Non-bank finance companies (NBFCs) in India could see a major impact on their collections in the first quarter of FY22, owing to lockdowns during the COVID-19 second wave, India Ratings and Research said.
The credit rating firm has said the field collection staff is exercising more restraint in collecting EMIs during the second wave compared to the first wave. This in turn has severely hampered collection efficiency across asset classes, especially cash-based collections along with the recovery from overdue cases.
The firm has also found that 8-10 percent of the professionals involved in collection and branch operations were infected during the second wave.
According to the firm’s assessment, there was a sharper fall in collections across the southern states in May owing to a delayed lockdown, as against states in the northern belt, which bore the brunt in April. States that faced a severe lockdown and are better equipped to manage the pandemic are expected to have an early revival in collections, though they might see a severe dip in collections in May 2021.
As the pandemic may have a long-term impact on business activity and borrowers’ cash flows, places where collections were impacted more due to the health crisis rather than the curbs, could take longer to recover, said the firm.
In the second half of FY21, there was an improvement in the monthly collection efficiency numbers due to the recovery of past dues along with some part of the book being restructured or given Emergency Credit Line Guarantee Scheme (ECLGS) benefit. Plus, the moratorium, which was given between March-August 2020, helped borrowers to conserve cash for repayments.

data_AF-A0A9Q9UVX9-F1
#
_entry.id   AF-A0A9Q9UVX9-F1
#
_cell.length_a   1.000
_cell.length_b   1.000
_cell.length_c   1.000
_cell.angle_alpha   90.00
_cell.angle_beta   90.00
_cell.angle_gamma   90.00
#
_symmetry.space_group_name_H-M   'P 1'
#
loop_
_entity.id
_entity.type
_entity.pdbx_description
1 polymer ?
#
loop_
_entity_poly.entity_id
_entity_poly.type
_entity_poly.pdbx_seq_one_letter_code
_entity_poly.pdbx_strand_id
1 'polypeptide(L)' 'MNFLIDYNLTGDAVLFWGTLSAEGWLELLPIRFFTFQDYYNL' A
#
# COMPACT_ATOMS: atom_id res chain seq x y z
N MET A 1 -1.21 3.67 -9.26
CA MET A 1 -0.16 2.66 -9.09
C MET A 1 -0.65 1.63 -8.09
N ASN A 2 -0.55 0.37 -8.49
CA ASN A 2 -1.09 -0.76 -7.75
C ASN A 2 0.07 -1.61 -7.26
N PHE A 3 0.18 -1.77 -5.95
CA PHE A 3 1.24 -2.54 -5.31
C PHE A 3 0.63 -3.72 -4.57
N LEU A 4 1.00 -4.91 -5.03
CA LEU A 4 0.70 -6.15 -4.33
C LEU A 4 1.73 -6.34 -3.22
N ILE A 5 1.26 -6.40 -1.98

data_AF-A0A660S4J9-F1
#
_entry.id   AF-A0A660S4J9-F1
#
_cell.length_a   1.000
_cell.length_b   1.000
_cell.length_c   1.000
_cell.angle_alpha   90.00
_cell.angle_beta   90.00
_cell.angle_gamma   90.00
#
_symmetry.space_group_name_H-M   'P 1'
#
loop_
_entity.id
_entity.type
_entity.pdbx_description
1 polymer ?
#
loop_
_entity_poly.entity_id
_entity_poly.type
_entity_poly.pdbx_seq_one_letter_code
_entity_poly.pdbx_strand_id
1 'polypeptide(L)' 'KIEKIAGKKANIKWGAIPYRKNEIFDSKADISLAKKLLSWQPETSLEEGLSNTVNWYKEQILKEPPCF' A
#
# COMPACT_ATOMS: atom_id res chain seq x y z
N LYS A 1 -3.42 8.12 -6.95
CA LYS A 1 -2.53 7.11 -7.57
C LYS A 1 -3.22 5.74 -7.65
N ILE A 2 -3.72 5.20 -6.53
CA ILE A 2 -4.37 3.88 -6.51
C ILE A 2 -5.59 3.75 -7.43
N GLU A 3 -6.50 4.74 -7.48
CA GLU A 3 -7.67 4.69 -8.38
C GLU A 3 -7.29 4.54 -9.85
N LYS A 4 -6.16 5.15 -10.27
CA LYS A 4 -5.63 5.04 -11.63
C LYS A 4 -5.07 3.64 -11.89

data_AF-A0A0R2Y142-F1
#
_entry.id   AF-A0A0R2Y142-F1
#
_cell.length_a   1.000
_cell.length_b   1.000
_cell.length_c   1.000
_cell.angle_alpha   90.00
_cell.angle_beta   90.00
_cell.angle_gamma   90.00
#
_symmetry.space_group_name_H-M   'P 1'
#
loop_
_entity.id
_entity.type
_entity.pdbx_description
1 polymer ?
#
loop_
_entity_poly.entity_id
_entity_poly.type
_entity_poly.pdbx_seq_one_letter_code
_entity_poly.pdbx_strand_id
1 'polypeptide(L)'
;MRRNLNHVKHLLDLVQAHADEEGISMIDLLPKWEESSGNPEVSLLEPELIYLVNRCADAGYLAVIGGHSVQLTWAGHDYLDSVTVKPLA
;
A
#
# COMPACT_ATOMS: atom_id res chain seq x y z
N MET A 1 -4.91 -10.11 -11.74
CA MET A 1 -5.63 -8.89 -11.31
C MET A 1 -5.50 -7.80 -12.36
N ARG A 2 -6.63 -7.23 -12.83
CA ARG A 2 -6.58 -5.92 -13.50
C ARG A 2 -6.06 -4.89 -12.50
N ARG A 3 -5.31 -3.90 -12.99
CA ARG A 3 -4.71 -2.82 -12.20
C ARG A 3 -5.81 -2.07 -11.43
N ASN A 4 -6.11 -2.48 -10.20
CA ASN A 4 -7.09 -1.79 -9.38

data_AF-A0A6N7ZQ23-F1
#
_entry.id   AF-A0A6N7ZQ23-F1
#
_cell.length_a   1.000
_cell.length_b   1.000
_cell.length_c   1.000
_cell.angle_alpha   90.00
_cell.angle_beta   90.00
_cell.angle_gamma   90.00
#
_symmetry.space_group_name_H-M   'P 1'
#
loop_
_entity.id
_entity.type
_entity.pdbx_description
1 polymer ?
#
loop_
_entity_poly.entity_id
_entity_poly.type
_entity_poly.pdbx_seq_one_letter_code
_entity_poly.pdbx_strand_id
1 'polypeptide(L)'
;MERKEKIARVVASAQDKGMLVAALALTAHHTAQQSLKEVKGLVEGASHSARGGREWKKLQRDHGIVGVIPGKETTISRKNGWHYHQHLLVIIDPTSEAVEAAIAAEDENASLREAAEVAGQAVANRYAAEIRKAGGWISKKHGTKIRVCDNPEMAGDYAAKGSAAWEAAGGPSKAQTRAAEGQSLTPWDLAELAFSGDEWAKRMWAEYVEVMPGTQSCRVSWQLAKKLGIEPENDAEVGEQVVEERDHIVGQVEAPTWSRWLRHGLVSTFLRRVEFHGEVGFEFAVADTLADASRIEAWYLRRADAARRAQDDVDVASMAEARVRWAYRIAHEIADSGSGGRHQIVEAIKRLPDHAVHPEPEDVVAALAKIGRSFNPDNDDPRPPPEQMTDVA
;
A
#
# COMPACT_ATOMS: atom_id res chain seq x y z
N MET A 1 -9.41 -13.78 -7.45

Unlike the first wave, which mostly hit urban areas, the second wave has had a widespread impact across rural and urban areas. With rural markets being affected, the microfinance institution (MFI) sector’s collections in April 2021 lagged 5 percent compared to March 2021, which in turn had a 3-5 percent collection shortfall. As states intensified their lockdown measures, there was a sharper drop of 10-15 percent.
Vehicle financiers faced a steep decline in collections owing to less load availability. A decline in freight rates and a rise in diesel prices have affected the cash flow of commercial vehicles. Plus, there was a 40-60 percent drop in capacity utilisation, which made debt servicing a bigger challenge.
The agricultural equipment segment has benefitted from a reasonable agricultural output. However, tractors deployed for non-agricultural activities suffered during the pandemic, affecting the cash flows. With various states shutting down Agricultural Produce Market Committee (APMC) markets, trade activities were hit.
Small and medium enterprise/loan against property (LAP) is already facing heightened delinquencies. Business cash flows have been impacted due to the restrictions, migration of labour and workers contracting COVID-10. However, the impact in this segment would be low due to the continuous operation of businesses engaged in essential services. Customers in this segment also have a better credit profile than small road transport operators or small commercial vehicle borrowers. Borrowers in hospitality, textiles, gems and jewellery and tourism have been impacted more compared to the ones in the pharmaceuticals, metals, and FMCG sectors.
The housing segment remained resilient during the pandemic. There is no material difference in the collection efficiencies of May and April. On the affordable housing front also, collection efficiencies have been more than 90 percent in April and May.